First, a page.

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The Hawkwind Re-Mixes

Review by Gary Hill

I’ve got mixed feelings about remixes. For bands that I really enjoy, like Hawkwind, it lends a chance to experience familiar songs in new ways. The thing is, it’s kind of odd because it’s allowing another artist to put their brand onto the music. When the original artist approves or participates, though, there is an air of authenticity to it. Such is supposed to be the case with this Hawkwind remixes, although, from some of the odd omissions of information on the liner notes, it seems hard to believe. For instance on one track they say that Tim Blake is or isn’t featured on the track. Shouldn’t they know? Disregarding that, this is a mixed bag. Some of the tracks work pretty well, others are overly long without a lot happening in them. I suppose that’s sort of the nature of the beast. I’d say that this would be highly recommended to fans of techno/dance sounds looking for something new or Hawkfanatics like myself.

This review is available in book format (hardcover and paperback) in Music Street Journal: 2008  Volume 2 at

Track by Track Review
Spirit Of The Age (original 12 remix 1993)
Waves of techno energy rise up and swirl about as this builds very gradually. At about 1:15 or so we get the first rumblings of the Hawkwind melody in the form of a crunchy progression. This gives way to a techno-dance sort of alteration of the central song structures. The vocal performance is delivered over the top of this rhythm-laden backdrop. At about three and a half minutes in it drops back to swirling keyboards before the techno rhythmic structure returns. Around the four and a half minute mark more of the Hawkwind sounds mark their presence again. Then we get the next vocal segment. They run through with this more techno variant on the typical Hawk-sounds. A little before the seven minute point it drops back to just a drum type beat with elements of Hawkish keys laced over the top. Spoken processed voices can be heard in the background as the arrangement works its way back up. This makes it back towards the Hawkwind source material before it ends at almost ten minutes.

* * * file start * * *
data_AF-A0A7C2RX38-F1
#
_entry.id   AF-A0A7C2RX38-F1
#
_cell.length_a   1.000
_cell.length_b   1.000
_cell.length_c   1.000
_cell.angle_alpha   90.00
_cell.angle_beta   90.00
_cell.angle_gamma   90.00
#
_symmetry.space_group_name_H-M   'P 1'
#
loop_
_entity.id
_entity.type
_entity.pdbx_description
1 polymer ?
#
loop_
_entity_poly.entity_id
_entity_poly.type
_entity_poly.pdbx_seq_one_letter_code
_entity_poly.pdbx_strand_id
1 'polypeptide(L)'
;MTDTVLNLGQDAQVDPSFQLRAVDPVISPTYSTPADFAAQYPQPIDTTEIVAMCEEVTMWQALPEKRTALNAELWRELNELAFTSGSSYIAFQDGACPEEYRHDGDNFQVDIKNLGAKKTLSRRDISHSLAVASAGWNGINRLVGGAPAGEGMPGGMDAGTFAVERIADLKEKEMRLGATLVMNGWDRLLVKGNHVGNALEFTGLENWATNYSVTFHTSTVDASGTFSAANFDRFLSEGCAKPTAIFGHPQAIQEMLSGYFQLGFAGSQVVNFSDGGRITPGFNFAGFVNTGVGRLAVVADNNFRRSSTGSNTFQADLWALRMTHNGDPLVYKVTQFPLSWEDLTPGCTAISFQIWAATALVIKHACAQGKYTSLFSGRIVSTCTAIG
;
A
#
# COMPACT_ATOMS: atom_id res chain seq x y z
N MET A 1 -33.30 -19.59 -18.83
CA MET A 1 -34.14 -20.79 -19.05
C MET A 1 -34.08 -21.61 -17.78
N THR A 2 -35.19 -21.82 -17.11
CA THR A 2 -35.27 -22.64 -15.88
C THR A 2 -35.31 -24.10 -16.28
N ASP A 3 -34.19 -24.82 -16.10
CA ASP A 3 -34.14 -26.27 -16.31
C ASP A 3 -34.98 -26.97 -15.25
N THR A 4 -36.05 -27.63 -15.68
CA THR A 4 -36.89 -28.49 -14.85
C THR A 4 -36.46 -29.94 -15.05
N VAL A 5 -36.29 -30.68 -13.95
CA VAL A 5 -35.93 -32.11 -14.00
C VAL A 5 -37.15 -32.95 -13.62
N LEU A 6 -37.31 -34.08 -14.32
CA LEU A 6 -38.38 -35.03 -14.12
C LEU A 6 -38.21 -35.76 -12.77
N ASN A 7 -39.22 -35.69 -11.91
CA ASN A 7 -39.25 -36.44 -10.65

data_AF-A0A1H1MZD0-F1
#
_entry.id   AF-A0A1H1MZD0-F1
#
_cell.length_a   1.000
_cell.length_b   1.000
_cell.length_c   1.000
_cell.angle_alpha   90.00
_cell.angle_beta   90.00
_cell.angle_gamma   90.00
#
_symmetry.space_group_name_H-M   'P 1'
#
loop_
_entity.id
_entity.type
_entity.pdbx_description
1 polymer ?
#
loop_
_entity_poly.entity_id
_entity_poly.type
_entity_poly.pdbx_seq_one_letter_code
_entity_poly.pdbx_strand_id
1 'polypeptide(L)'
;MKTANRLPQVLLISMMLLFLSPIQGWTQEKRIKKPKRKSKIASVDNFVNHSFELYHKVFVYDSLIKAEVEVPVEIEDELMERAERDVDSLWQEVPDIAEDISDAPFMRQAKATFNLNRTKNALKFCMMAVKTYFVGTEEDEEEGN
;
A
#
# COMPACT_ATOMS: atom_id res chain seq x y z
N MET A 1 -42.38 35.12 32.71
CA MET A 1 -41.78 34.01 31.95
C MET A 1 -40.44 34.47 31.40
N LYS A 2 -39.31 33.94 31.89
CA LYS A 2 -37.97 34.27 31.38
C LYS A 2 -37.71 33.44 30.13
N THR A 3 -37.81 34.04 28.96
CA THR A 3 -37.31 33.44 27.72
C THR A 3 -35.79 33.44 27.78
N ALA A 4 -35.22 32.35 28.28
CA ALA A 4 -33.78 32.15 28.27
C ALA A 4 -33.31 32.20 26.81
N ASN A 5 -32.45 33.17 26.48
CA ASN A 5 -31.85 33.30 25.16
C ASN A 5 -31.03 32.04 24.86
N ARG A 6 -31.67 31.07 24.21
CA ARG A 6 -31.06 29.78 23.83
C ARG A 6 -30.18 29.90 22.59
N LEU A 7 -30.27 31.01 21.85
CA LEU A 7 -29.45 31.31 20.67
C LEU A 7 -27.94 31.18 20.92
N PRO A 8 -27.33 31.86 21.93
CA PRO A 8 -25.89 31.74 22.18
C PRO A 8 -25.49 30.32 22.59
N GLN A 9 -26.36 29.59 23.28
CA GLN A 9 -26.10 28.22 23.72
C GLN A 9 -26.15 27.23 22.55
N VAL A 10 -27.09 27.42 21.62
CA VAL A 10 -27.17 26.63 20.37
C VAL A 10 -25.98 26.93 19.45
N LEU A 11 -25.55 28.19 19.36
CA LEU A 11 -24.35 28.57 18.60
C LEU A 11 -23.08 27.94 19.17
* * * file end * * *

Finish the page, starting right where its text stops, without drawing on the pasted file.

Uncle Sam's On Mars (original Martian conquest 12 mix 1994)
We get a spoken introduction, distant and dramatic, introducing the tale. Keyboards join and then we get other voices that seem to be from a movie. It starts to move out into a more typical techno-dance arrangement. Traces of voices can be heard in the distance as Hawk-like keys also swirl over top. Then we can hear a distant vocal line, the original spoken vocals from the song. When the chorus kicks in its with a more full arrangement, not too far from the Hawkwind version. It sort of feels like the Hawk-version barely churned around in a food processor. This gives way to a more ambient sort of techno-motif. This doesn’t seem to come as close to the original as the opener and doesn’t seem to capture the essence of the track as well. It does have a Hawkwind sort of sensibility through a lot of it, mostly due to the use of the swirling sort of keyboard washes that make up so much of Hawkwind’s sound, but it just doesn’t feel that much like “Uncle Sam’s…” It drops down to just keys for the extended fade down outro.
Assassins (Of Allah) (original Majick Carpet mix 1993)
Techno keys lead things off here, but a restless sound begins to rise and starts to take control, bringing the original pounding Hawkwind cut closer to the surface. Eventually it shifts out more towards the techno sounds again, but some great Arabic musical textures skirt around the outside of this. I’ve always been a sucker for those sort of modal elements and this case is no exception. This one stays in one place far too long, though. It just seems stuck. There are some minor variants, but not nearly enough alterations to keep it interesting enough. I suppose if you use the term “trance” music to describe this, then it makes sense. As potent as the original Hawkwind song is, though, I expected a lot more from this remix.